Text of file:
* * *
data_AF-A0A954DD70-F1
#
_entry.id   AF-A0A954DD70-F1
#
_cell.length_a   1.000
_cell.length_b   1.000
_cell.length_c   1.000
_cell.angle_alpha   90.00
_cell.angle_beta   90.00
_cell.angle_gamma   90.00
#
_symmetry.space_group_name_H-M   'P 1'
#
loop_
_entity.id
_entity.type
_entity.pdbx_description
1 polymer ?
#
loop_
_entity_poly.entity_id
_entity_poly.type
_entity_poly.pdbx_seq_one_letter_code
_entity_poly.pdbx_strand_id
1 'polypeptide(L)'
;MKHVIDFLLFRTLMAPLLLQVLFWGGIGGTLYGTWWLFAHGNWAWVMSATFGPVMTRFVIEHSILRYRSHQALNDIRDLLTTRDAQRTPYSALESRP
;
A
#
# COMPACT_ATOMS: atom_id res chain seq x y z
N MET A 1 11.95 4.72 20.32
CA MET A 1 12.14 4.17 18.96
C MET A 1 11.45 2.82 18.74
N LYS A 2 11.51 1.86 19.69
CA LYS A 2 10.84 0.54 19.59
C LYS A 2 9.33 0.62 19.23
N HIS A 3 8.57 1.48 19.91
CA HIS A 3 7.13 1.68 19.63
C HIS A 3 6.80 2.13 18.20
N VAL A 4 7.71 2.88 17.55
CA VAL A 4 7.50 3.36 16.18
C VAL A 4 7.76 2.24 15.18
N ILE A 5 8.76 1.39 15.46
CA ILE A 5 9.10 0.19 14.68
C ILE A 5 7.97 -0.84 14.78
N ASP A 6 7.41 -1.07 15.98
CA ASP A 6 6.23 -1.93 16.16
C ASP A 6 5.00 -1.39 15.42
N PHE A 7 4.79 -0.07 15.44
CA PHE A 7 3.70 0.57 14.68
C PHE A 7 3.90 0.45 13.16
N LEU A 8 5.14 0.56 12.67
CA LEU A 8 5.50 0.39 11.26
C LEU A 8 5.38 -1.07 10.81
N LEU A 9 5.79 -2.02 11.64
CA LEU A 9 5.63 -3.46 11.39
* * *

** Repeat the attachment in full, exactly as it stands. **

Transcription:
data_AF-A0A954DD70-F1
#
_entry.id   AF-A0A954DD70-F1
#
_cell.length_a   1.000
_cell.length_b   1.000
_cell.length_c   1.000
_cell.angle_alpha   90.00
_cell.angle_beta   90.00
_cell.angle_gamma   90.00
#
_symmetry.space_group_name_H-M   'P 1'
#
loop_
_entity.id
_entity.type
_entity.pdbx_description
1 polymer ?
#
loop_
_entity_poly.entity_id
_entity_poly.type
_entity_poly.pdbx_seq_one_letter_code
_entity_poly.pdbx_strand_id
1 'polypeptide(L)'
;MKHVIDFLLFRTLMAPLLLQVLFWGGIGGTLYGTWWLFAHGNWAWVMSATFGPVMTRFVIEHSILRYRSHQALNDIRDLLTTRDAQRTPYSALESRP
;
A
#
# COMPACT_ATOMS: atom_id res chain seq x y z
N MET A 1 11.95 4.72 20.32
CA MET A 1 12.14 4.17 18.96
C MET A 1 11.45 2.82 18.74
N LYS A 2 11.51 1.86 19.69
CA LYS A 2 10.84 0.54 19.59
C LYS A 2 9.33 0.62 19.23
N HIS A 3 8.57 1.48 19.91
CA HIS A 3 7.13 1.68 19.63
C HIS A 3 6.80 2.13 18.20
N VAL A 4 7.71 2.88 17.55
CA VAL A 4 7.50 3.36 16.18
C VAL A 4 7.76 2.24 15.18
N ILE A 5 8.76 1.39 15.46
CA ILE A 5 9.10 0.19 14.68
C ILE A 5 7.97 -0.84 14.78
N ASP A 6 7.41 -1.07 15.98
CA ASP A 6 6.23 -1.93 16.16
C ASP A 6 5.00 -1.39 15.42
N PHE A 7 4.79 -0.07 15.44
CA PHE A 7 3.70 0.57 14.68
C PHE A 7 3.90 0.45 13.16
N LEU A 8 5.14 0.56 12.67
CA LEU A 8 5.50 0.39 11.26
C LEU A 8 5.38 -1.07 10.81
N LEU A 9 5.79 -2.02 11.64
CA LEU A 9 5.63 -3.46 11.39